|Guillemot caught in a balloon. Pic: Balloons Blow
It should be common knowledge by now, mass balloon release events are bad for wildlife. But the message has yet to sink in, even with organisations that should know better.
According to the Marine Conservation Society "when balloons are released they don't just disappear. They float back down to earth where they are the same as any other litter. Balloons are mistaken for food by many species of wildlife. Once balloons have been eaten they can block the digestive system and cause animals to starve. The string on balloons can also entangle and trap animals".
Last year Blue Planet Society highlighted the threat posed by the 30,000 balloon release event held to celebrate Gibraltar National Day. Dialogue is ongoing but Gibraltar minister for culture Steven Linares has pledged to use only “environmentally-friendly, biodegradable balloons" which is great, except for one thing, no such balloons exist.
Even so-called biodegradable balloons hang around in the environment for long enough to cause real damage. In a test, Balloons Blow, an organisation that campaigns against balloon releases, placed biodegradable balloons in an outside environment and two years later they still hadn't decomposed.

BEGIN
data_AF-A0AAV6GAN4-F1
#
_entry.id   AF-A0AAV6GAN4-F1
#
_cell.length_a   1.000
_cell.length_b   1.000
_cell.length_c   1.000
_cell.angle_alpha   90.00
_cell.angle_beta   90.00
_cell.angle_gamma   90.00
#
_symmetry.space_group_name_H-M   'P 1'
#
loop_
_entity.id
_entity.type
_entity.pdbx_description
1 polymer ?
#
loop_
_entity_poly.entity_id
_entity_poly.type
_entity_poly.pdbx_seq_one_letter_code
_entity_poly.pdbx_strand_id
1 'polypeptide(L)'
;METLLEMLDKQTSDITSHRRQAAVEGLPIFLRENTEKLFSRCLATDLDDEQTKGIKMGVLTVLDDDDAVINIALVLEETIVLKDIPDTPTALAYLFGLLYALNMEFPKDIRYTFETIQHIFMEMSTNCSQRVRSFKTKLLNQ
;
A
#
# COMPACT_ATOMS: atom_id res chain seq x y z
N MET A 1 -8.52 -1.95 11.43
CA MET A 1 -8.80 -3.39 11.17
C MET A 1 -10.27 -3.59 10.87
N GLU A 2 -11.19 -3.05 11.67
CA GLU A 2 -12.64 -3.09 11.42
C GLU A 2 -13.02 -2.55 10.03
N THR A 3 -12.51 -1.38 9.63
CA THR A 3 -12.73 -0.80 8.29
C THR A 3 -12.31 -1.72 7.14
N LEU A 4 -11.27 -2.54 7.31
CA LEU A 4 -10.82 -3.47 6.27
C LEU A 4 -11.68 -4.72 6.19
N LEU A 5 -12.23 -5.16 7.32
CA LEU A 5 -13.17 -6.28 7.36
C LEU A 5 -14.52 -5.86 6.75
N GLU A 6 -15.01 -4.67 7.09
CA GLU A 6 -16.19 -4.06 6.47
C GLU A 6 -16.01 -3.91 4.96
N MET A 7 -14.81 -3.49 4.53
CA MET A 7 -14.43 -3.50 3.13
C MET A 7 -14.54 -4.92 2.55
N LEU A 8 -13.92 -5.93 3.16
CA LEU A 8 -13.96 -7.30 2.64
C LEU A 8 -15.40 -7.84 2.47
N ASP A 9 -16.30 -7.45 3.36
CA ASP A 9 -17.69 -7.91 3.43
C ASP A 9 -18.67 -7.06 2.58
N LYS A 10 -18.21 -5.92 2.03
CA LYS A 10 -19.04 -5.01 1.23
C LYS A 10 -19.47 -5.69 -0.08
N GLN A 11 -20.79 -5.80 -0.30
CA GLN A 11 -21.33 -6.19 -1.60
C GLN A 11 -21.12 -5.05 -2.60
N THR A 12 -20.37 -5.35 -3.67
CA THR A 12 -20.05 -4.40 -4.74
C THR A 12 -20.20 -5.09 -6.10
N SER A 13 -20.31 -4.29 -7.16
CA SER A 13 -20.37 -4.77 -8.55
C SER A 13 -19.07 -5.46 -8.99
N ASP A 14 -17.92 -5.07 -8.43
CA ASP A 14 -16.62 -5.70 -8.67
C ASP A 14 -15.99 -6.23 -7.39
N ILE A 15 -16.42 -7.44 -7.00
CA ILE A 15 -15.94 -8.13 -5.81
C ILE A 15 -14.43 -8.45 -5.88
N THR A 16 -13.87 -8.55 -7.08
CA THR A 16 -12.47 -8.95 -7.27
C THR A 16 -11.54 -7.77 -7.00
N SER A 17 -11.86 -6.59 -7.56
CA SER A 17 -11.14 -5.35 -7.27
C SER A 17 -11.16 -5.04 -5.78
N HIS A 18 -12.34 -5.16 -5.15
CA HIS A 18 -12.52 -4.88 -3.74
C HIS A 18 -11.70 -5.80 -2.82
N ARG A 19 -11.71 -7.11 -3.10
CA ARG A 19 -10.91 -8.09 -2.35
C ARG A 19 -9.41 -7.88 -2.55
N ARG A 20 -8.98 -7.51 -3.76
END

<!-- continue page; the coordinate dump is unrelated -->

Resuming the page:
In recent weeks social media campaigns have stopped mass balloon release events by life-saving charity RNLI, cruise line Cunard, retailer John Lewis and most recently the political party UKIP. A surprisingly irresponsible, unimaginative and crass event choice considering these organisations employ professional Marketing and PR resources to dream up ideas and advise on best practice.
To be fair, most organisations reacted very quickly and cancelled the event within hours of being asked. But they shouldn't have had to be asked. We're talking the very basics of environmental awareness here, and it's high time the message was heard. Balloons are bad for wildlife, bad for your company's image and a blight on the environment. So Britain, please, no more balloon release events.
Labels: Balloons, Cunard, John Lewis, pollution, RNLI, UKIP, wildlife